Vaccine fears dismantled: ‘Contraceptive pill prescribed for DECADES has higher risk’

AstraZeneca: Sister of blood clot victim urges UK to get jabbed

And their assessment has been backed up by television reporter Tegan George, who pointed out ”Women have been prescribed it for decades.” Concerns over jab, developed in conjunction with Oxford University, have prompted a ban on administering it to people in the UK.

Meanwhile numerous countries in Europe have imposed restrictions on its use for people over the age of 65 as a result of isolated cases of blood clots.

However, speaking to Good Morning Britain today, Professor Adam Finn, who sits on the Joint Committee on Vaccination and Immunisation said it was crucial to keep things in perspective.

He explained: “The contraceptive pill is a medicine that women take not because they are ill but as a choice in terms of how they are living their lives.

Matt Hancock

Matt Hancock has emphasised the minimal risk (Image: GETTY)

Professor Adam Finn

Professor Adam Finn (Image: BBC)

“The risks of thrombosis that come with taking the pill are very much higher than the risks that we were just seeing.”

Prof Finn added: “Every year, a woman runs a risk approaching one in a hundred of getting some kind of thrombosis and some of those thromboses are severe and even life-threatening as well.

“So, that’s a risk that many women take, and accept quite willingly all the time, and it’s a far greater risk in fact than the risk we are seeing with this important vaccine that has the potential to get us all out of this dilemma.”

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Tegan George

Tegan George’s tweet (Image: Twitter)

Mrs George, 10 News First’s Federal Political Reporter, today tweeted: “Can we pause for a minute to acknowledge the oral contraceptive pill has a much higher risk of blood clots … and women have been prescribed it for decades.”

According to the Medicines and Healthcare Regulation Authority (MHRA), up to March 31, there have been 79 reports of blood clots accompanied by low blood platelet count in the UK, all of which were recorded in people after receiving their first dose.

Of these 79, 19 people have died, although the cause of death has not been conclusively established in every case. Of the 79 cases, ranging in age from 18 to 79, 51 were women 28 were men.

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Health Secretary Matt Hancock

Health Secretary Matt Hancock (Image: GETTY)

AstraZeneca jab

A patient receives his AstraZeneca jab (Image: GETTY)

Given the total number of doses administered, there is, therefore, a four in one million risk of developing a clot, and a one in a million risk of dying.

By contrast, the National Blood Clot Alliance in the US estimates that one in 1,000 women annually who take birth control pills will develop a clot, equating to a much higher risk of 0.1 percent, or one in 1,000, making them 250 times more likely to do so than those receiving an AstraZeneca jab.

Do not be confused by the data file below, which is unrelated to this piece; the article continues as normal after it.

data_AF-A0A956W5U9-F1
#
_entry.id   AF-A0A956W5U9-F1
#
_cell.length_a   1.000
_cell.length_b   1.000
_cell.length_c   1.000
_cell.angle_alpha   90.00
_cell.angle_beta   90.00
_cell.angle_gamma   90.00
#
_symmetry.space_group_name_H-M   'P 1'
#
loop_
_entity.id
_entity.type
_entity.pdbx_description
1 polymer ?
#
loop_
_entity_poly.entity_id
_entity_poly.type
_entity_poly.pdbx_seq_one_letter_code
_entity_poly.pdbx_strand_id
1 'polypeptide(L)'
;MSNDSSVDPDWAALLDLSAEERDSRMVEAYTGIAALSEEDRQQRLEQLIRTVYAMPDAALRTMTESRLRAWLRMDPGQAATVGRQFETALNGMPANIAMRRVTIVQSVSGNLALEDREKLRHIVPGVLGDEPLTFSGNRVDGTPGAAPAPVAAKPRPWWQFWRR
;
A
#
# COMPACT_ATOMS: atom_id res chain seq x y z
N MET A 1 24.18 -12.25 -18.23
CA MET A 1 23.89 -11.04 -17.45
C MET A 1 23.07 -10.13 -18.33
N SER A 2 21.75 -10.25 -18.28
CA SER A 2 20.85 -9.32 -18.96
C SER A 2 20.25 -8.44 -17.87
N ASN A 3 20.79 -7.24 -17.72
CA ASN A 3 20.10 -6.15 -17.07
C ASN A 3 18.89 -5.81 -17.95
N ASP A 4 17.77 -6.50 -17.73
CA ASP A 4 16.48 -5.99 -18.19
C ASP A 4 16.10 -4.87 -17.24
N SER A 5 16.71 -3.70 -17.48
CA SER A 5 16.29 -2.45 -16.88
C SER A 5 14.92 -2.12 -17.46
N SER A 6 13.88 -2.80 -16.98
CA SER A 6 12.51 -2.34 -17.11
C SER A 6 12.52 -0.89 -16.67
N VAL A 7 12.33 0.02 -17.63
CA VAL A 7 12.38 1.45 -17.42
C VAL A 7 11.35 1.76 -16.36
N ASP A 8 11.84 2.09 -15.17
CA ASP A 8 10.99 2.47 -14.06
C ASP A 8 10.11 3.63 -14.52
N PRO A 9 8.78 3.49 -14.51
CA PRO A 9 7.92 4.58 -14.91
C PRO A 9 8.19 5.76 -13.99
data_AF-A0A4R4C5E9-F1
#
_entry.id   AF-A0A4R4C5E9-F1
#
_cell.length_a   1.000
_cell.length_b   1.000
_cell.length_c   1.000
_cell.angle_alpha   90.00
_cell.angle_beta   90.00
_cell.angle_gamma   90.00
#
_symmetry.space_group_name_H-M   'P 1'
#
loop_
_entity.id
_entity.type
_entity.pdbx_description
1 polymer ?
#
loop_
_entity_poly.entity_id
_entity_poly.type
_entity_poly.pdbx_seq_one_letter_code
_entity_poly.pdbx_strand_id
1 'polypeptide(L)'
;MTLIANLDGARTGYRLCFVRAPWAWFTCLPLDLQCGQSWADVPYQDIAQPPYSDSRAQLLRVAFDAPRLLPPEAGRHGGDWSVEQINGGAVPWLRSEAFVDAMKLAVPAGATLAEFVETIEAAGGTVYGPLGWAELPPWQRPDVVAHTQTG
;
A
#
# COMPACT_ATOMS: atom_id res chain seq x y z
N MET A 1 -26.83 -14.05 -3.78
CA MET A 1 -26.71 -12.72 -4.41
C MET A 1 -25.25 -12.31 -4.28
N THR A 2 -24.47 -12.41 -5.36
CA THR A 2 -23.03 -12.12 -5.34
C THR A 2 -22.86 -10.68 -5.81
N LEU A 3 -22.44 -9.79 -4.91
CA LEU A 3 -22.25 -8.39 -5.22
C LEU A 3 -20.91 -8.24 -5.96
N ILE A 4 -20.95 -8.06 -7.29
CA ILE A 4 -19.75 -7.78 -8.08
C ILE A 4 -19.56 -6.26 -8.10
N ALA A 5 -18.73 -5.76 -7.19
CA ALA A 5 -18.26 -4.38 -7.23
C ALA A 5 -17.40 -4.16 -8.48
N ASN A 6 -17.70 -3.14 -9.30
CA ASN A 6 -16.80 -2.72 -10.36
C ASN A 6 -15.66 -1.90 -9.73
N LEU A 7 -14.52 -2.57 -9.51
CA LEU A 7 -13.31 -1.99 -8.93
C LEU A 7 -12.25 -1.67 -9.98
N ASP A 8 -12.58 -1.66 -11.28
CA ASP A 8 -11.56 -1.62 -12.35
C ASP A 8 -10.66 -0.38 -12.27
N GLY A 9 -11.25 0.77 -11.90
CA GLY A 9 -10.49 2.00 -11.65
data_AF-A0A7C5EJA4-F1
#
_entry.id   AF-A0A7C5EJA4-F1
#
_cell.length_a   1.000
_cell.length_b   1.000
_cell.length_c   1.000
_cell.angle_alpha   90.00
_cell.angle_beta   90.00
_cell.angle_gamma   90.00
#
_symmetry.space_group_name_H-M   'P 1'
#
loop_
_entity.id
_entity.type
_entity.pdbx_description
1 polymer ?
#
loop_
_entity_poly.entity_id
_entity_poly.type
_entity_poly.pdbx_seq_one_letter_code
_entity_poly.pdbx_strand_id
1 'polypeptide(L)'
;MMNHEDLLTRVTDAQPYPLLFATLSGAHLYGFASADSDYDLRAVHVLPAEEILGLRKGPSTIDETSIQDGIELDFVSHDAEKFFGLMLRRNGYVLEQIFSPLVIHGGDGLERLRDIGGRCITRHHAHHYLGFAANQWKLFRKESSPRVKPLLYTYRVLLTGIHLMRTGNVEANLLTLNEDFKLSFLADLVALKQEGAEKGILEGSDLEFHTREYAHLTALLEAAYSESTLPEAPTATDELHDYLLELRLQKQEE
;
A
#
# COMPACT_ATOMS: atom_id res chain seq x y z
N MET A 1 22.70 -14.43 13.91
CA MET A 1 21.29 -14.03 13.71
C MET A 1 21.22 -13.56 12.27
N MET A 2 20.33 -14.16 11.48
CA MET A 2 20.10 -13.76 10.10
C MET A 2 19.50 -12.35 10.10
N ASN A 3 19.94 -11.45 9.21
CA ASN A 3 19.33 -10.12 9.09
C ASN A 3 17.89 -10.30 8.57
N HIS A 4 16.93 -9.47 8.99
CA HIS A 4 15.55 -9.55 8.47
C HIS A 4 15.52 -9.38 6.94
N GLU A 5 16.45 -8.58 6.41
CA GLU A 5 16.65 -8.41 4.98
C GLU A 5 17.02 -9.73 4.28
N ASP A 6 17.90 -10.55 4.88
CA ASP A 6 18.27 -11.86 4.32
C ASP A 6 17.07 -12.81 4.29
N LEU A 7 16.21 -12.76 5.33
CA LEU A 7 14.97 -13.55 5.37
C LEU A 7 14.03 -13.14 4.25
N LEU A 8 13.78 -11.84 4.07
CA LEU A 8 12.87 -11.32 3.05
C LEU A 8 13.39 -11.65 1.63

Professor Anthony Harnden, deputy chairman of the JCVI, explained that the chance of suffering a clot after a vaccine was much lower than for other medicines or during pregnancy.

Countries AstraZeneca

Some countries have suspended use of AstraZeneca’s jab (Image: GETTY)

He explained: “These are extremely rare events – much, much rarer than, for instance, clots due to common drugs that we prescribe such as the contraceptive pill; much rarer than clots during pregnancy; much, much rarer than clots due to Covid itself.

“We do know that as we come out of lockdown and as cases in Europe rise during a third wave, we may experience a third wave in this country over the next few months.

“And therefore to be unprotected would be to leave yourself at risk of developing Covid, and of course all the complications that come with Covid, including I might say quite severe blood clots, much higher risk of getting severe blood clots from Covid than the extremely small risk from this vaccination.”

Health Secretary Matt Hancock told Sky News today: “The number of people dying from Covid halved in the last nine days and is down 90 percent from the peak.”

Coronavirus vaccinations live

Coronavirus vaccinations live (Image: Express)

All vaccines in use in the UK were “safe for all ages”, but the “extremely rare” risk of suffering a rare brain blood clot, and the tipping of the balance of risk for the under-30s, means they could be given other jabs instead.

Speaking directly to younger people who may be thinking they do not need a vaccine, Mr Hancock told BBC Breakfast: “The vaccines are safe, and if you want to have the Pfizer vaccine or Moderna vaccine instead then that is fine.

“Covid is a horrible disease and long Covid affects people in their 20s just as much it seems as any other age group and can have debilitating side effects that essentially ruin your life.

“The safety system that we have around this vaccine is so sensitive that it can pick up events that are four in a million (the chance of developing a rare brain blood clot) – I’m told this is about the equivalent risk of taking a long-haul flight.”

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